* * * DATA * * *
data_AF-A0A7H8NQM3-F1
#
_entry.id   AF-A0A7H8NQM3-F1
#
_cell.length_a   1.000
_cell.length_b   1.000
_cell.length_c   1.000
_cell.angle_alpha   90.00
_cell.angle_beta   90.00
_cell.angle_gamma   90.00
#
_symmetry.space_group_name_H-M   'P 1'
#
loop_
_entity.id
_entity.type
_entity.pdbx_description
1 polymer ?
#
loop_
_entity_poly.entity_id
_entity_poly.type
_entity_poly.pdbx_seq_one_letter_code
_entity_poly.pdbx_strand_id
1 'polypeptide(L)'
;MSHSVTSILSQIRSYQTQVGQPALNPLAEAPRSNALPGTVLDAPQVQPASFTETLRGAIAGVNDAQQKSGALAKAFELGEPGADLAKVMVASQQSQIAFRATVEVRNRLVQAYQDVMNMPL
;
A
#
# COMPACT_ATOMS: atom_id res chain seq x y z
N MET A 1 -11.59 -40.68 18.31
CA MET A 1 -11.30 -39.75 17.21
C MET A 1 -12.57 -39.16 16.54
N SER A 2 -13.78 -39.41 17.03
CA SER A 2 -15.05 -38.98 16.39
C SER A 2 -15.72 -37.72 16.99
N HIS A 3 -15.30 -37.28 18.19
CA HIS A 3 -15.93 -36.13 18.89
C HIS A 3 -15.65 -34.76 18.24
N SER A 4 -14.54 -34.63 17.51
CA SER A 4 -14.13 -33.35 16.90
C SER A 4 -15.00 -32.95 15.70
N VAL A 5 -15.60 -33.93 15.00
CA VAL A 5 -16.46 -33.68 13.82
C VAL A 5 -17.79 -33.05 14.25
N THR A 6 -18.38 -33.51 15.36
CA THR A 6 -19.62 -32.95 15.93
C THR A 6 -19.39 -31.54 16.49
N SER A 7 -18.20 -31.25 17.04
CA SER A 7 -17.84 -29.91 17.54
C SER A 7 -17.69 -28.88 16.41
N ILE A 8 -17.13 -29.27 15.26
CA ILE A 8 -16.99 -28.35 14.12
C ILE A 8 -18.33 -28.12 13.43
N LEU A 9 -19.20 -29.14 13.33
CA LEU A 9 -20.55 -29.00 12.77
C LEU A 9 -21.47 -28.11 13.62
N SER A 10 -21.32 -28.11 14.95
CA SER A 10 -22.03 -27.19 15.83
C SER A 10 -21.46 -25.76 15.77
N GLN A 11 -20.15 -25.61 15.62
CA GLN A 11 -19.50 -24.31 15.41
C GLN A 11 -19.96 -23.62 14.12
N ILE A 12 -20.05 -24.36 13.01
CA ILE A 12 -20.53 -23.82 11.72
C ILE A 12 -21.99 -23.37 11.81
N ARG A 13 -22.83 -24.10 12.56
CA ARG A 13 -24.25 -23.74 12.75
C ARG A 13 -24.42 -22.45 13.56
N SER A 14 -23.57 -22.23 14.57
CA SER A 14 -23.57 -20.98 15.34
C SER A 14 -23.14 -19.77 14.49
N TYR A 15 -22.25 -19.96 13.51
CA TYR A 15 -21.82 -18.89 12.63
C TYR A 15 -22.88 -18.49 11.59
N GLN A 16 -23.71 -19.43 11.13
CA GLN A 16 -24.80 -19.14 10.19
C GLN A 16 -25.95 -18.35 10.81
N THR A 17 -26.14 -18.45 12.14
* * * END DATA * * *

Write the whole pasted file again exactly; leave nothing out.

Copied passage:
data_AF-A0A7H8NQM3-F1
#
_entry.id   AF-A0A7H8NQM3-F1
#
_cell.length_a   1.000
_cell.length_b   1.000
_cell.length_c   1.000
_cell.angle_alpha   90.00
_cell.angle_beta   90.00
_cell.angle_gamma   90.00
#
_symmetry.space_group_name_H-M   'P 1'
#
loop_
_entity.id
_entity.type
_entity.pdbx_description
1 polymer ?
#
loop_
_entity_poly.entity_id
_entity_poly.type
_entity_poly.pdbx_seq_one_letter_code
_entity_poly.pdbx_strand_id
1 'polypeptide(L)'
;MSHSVTSILSQIRSYQTQVGQPALNPLAEAPRSNALPGTVLDAPQVQPASFTETLRGAIAGVNDAQQKSGALAKAFELGEPGADLAKVMVASQQSQIAFRATVEVRNRLVQAYQDVMNMPL
;
A
#
# COMPACT_ATOMS: atom_id res chain seq x y z
N MET A 1 -11.59 -40.68 18.31
CA MET A 1 -11.30 -39.75 17.21
C MET A 1 -12.57 -39.16 16.54
N SER A 2 -13.78 -39.41 17.03
CA SER A 2 -15.05 -38.98 16.39
C SER A 2 -15.72 -37.72 16.99
N HIS A 3 -15.30 -37.28 18.19
CA HIS A 3 -15.93 -36.13 18.89
C HIS A 3 -15.65 -34.76 18.24
N SER A 4 -14.54 -34.63 17.51
CA SER A 4 -14.13 -33.35 16.90
C SER A 4 -15.00 -32.95 15.70
N VAL A 5 -15.60 -33.93 15.00
CA VAL A 5 -16.46 -33.68 13.82
C VAL A 5 -17.79 -33.05 14.25
N THR A 6 -18.38 -33.51 15.36
CA THR A 6 -19.62 -32.95 15.93
C THR A 6 -19.39 -31.54 16.49
N SER A 7 -18.20 -31.25 17.04
CA SER A 7 -17.84 -29.91 17.54
C SER A 7 -17.69 -28.88 16.41
N ILE A 8 -17.13 -29.27 15.26
CA ILE A 8 -16.99 -28.35 14.12
C ILE A 8 -18.33 -28.12 13.43
N LEU A 9 -19.20 -29.14 13.33
CA LEU A 9 -20.55 -29.00 12.77
C LEU A 9 -21.47 -28.11 13.62
N SER A 10 -21.32 -28.11 14.95
CA SER A 10 -22.03 -27.19 15.83
C SER A 10 -21.46 -25.76 15.77
N GLN A 11 -20.15 -25.61 15.62
CA GLN A 11 -19.50 -24.31 15.41
C GLN A 11 -19.96 -23.62 14.12
N ILE A 12 -20.05 -24.36 13.01
CA ILE A 12 -20.53 -23.82 11.72
C ILE A 12 -21.99 -23.37 11.81
N ARG A 13 -22.83 -24.10 12.56
CA ARG A 13 -24.25 -23.74 12.75
C ARG A 13 -24.42 -22.45 13.56
N SER A 14 -23.57 -22.23 14.57
CA SER A 14 -23.57 -20.98 15.34
C SER A 14 -23.14 -19.77 14.49
N TYR A 15 -22.25 -19.96 13.51
CA TYR A 15 -21.82 -18.89 12.63
C TYR A 15 -22.88 -18.49 11.59
N GLN A 16 -23.71 -19.43 11.13
CA GLN A 16 -24.80 -19.14 10.19
C GLN A 16 -25.95 -18.35 10.81
N THR A 17 -26.14 -18.45 12.14